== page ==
Do you love me?

(John 21:1-19)
If I had been the savior of the world, and I had loved and served everyone and announced the good news of God’s reign of love and peace, but then was betrayed, denied, abandoned, arrested, condemned, tortured, and executed, I don’t think I would want to rise and come back from the dead, and meet those people again, and if I did, I would probably have been mad and angry and resentful and said, “Why did you let that happen to me? Why didn’t you protect me? Why did you abandon me?”
But Jesus does nothing like that. Jesus is completely different from us. He is perfectly nonviolent, peaceful, forgiving, merciful and loving. He doesn’t get mad. He’s not angry. He doesn’t yell at us or hold a grudge or make us feel guilty or seem resentful. What does he do? He makes breakfast for his friends! He goes from the Last Supper to the First Breakfast! This Gospel offers one of the most beautiful images in the entire scriptures, and I invite you to think about it, to ponder it, to imagine Jesus standing on the shore, early in the morning, by the Sea of Galilee, as the sun is rising, making breakfast. For me, that’s what heaven will be like. Having breakfast with Jesus and friends in the morning by the sea.
Simon Peter had just denied knowing Jesus three times, and here, Jesus gives Simon Peter three chances to make up for those three denials. He asks him three times, “Do you love me?” This is the only place in the Gospels where Jesus repeats a question. We spend our whole lives wondering, “Does God love me?” But we’ve got it all wrong. Yes, God loves each one of us. God just wants to be with us, to make breakfast for us, to enjoy us. But God is the one with a question. The gentle, risen, vulnerable Jesus asks us, “Do you love me? Do you truly love me?” That is the question we need to hear. He wants to know if we love him. So how are we going to answer him? We can say quickly, “Yes, Jesus I love you,” but St. Ignatius advises that love is shown in deeds, not in words, so we have to show Jesus that we love him by doing what he says, by putting love into practice, and as Dorothy Day liked to say, “Love in action is a harsh and dreadful thing.”
Peter tries to answer Jesus, but as usual he gets it all wrong. In Greek, there are many different words for love, such as eros, physical love; or philia, meaning brotherly love between relatives and friends; or agape, a word which we don’t have in English, which means “unconditional, unlimited, all-inclusive, sacrificial, nonviolent suffering love for all people everywhere.” In the original Greek, Jesus asks Simon, “Do you have agape for me?” Do you have unconditional love for me? Are you going to lay down your life for me?” Peter says, “Yes, Lord, I have philia for you. I have brotherly love for you.” He doesn’t answer the question! So Jesus asks him again, “Do you have agape for me?” and again Peter says, “Yes, I have philia for you.” So Jesus asks finally, “Simon, son of John, do you have agape for me?” And Peter is upset because he is asked this a third time, and says, “Yes, Lord, you know everything, you know I have philia for you.” He never gets it. That’s our problem too. We have philia for Jesus and one another, but not agape. We show “brotherly” love to some relatives and friends, but we’re only going to go so far. There are limits and conditions to our love.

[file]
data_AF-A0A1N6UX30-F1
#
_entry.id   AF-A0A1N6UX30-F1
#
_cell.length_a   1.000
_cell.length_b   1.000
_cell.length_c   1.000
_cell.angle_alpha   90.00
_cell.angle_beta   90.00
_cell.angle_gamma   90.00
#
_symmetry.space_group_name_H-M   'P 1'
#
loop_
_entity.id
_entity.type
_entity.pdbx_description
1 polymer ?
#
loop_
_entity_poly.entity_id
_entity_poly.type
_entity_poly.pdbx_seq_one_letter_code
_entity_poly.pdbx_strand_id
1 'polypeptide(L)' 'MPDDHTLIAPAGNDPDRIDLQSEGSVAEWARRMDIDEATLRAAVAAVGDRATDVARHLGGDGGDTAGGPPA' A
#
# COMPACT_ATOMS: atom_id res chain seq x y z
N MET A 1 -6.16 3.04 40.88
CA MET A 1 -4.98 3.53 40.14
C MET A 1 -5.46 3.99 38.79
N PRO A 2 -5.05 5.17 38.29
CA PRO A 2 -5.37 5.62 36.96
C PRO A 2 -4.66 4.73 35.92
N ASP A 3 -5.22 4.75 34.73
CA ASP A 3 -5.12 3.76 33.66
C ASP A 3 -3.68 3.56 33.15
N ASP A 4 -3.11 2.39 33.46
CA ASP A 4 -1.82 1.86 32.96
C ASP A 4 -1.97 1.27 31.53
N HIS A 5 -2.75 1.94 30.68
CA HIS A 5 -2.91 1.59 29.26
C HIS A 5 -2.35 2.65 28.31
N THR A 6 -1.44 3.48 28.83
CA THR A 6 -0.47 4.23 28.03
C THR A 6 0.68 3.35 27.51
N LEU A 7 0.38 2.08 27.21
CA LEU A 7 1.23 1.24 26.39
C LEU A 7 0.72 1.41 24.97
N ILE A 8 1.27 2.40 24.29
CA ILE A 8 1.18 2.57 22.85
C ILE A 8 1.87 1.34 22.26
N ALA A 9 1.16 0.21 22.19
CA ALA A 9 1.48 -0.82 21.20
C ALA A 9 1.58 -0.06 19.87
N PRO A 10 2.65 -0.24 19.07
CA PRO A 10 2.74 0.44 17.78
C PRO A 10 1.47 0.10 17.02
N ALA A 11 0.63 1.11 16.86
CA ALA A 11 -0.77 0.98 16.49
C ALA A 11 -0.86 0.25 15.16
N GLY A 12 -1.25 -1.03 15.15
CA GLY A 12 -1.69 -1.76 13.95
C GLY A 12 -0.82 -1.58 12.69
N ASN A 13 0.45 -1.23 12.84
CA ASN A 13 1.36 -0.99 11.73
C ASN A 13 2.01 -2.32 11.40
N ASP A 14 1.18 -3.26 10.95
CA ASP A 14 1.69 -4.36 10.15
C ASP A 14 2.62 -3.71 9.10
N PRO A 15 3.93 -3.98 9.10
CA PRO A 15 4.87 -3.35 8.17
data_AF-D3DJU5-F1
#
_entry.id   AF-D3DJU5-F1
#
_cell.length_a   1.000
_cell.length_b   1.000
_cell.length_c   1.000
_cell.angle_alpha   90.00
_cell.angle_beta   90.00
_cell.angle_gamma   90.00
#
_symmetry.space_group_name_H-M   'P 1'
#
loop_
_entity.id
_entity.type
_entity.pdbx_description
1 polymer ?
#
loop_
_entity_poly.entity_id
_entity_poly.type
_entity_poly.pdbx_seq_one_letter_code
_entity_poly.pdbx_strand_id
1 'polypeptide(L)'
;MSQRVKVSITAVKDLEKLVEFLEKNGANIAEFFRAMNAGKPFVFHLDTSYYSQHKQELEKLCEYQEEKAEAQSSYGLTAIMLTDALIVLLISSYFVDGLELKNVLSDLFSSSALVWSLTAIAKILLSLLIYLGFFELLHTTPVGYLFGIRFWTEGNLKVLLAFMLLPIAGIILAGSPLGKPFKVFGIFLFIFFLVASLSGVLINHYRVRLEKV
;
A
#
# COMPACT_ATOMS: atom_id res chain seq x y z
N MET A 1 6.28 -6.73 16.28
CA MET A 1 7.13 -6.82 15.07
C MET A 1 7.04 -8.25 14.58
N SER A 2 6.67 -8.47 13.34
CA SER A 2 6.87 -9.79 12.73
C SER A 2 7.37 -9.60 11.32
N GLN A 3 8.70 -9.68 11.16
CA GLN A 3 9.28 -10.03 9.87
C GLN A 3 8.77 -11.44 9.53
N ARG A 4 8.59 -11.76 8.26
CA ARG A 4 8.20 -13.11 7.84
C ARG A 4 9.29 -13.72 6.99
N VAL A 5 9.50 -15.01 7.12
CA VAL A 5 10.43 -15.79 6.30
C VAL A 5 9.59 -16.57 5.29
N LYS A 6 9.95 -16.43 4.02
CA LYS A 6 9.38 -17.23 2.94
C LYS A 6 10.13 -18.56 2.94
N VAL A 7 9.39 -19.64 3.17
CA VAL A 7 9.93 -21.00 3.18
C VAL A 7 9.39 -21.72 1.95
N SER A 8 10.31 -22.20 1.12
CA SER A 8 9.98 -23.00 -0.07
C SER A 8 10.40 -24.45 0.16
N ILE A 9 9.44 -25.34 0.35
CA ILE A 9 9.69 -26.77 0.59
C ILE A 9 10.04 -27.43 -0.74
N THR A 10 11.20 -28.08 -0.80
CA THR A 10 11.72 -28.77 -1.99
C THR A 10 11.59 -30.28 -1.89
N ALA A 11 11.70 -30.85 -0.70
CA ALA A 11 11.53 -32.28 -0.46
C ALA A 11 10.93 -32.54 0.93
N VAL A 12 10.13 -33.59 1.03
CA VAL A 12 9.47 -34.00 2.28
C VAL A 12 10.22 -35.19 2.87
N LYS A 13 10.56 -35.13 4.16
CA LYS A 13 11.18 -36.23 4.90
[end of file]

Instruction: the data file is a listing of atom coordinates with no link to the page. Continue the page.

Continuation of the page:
Today, Jesus calls us to practice agape toward him and all people, to let our hearts break open with unconditional, unlimited, all-encompassing, nonviolent love for all people everywhere–not just for the people we like, but for all people on the planet, including the people of Fallujah in Iraq and Afghanistan and Palestine. We love everyone, and so we refuse the American government’s killing of anyone. We do not obey the false love or limited conditional love which American culture upholds. Our love goes beyond all borders and boundaries. We are now entering the perfect love of God.
Notice that Jesus still gives Simon Peter a new mission. “Feed my lambs. Tend my sheep. Feed my sheep.” He wants us to feed and tend one another and care for one another and serve one another.
Finally, notice also that this is the end of the Gospel of John, and here, for the first time, Jesus calls Simon Peter to be his disciple. Like Peter, we may think we have been through alot, we’ve done so much or suffered so much or tried so hard, that we’ve been good and that we can now settle into our ways, that we are at the end of the story, but today, Jesus tells us just as he told Simon Peter, “You are just beginning. I want you to start following me now. When you were younger you did what you wanted, but now, someone else will lead you where you don’t want to go, to the cross. Come, follow me.”
So as we come to the altar to be fed breakfast by Jesus, as he asks us if we love him, as he calls us to start all over and follow him, we say “Yes!” and pledge to follow him right into God’s reign of agape and resurrection.